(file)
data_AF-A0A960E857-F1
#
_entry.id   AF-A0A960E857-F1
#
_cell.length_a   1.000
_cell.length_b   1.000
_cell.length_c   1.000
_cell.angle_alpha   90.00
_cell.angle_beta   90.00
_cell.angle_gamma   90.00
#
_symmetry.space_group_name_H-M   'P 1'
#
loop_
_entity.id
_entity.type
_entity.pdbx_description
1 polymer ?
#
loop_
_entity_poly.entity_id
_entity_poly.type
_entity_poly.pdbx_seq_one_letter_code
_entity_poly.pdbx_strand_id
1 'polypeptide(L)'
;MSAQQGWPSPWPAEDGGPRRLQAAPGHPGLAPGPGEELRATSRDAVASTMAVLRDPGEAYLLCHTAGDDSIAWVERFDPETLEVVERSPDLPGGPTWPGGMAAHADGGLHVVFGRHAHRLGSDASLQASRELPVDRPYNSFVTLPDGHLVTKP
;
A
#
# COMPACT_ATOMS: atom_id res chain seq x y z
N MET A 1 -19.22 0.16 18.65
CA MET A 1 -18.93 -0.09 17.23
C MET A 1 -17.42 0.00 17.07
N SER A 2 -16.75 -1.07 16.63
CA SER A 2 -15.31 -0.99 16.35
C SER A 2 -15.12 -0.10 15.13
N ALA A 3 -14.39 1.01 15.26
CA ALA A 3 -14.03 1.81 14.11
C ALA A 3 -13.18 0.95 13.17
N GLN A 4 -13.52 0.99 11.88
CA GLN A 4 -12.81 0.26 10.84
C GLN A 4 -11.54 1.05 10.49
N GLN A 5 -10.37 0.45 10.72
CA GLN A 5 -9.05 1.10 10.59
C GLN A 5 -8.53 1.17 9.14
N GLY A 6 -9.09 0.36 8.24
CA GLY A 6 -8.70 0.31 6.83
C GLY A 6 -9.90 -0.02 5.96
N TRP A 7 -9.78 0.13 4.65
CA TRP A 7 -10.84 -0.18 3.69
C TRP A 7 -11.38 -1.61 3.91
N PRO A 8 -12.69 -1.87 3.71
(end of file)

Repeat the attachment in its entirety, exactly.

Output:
data_AF-A0A960E857-F1
#
_entry.id   AF-A0A960E857-F1
#
_cell.length_a   1.000
_cell.length_b   1.000
_cell.length_c   1.000
_cell.angle_alpha   90.00
_cell.angle_beta   90.00
_cell.angle_gamma   90.00
#
_symmetry.space_group_name_H-M   'P 1'
#
loop_
_entity.id
_entity.type
_entity.pdbx_description
1 polymer ?
#
loop_
_entity_poly.entity_id
_entity_poly.type
_entity_poly.pdbx_seq_one_letter_code
_entity_poly.pdbx_strand_id
1 'polypeptide(L)'
;MSAQQGWPSPWPAEDGGPRRLQAAPGHPGLAPGPGEELRATSRDAVASTMAVLRDPGEAYLLCHTAGDDSIAWVERFDPETLEVVERSPDLPGGPTWPGGMAAHADGGLHVVFGRHAHRLGSDASLQASRELPVDRPYNSFVTLPDGHLVTKP
;
A
#
# COMPACT_ATOMS: atom_id res chain seq x y z
N MET A 1 -19.22 0.16 18.65
CA MET A 1 -18.93 -0.09 17.23
C MET A 1 -17.42 0.00 17.07
N SER A 2 -16.75 -1.07 16.63
CA SER A 2 -15.31 -0.99 16.35
C SER A 2 -15.12 -0.10 15.13
N ALA A 3 -14.39 1.01 15.26
CA ALA A 3 -14.03 1.81 14.11
C ALA A 3 -13.18 0.95 13.17
N GLN A 4 -13.52 0.99 11.88
CA GLN A 4 -12.81 0.26 10.84
C GLN A 4 -11.54 1.05 10.49
N GLN A 5 -10.37 0.45 10.72
CA GLN A 5 -9.05 1.10 10.59
C GLN A 5 -8.53 1.17 9.14
N GLY A 6 -9.09 0.36 8.24
CA GLY A 6 -8.70 0.31 6.83
C GLY A 6 -9.90 -0.02 5.96
N TRP A 7 -9.78 0.13 4.65
CA TRP A 7 -10.84 -0.18 3.69
C TRP A 7 -11.38 -1.61 3.91
N PRO A 8 -12.69 -1.87 3.71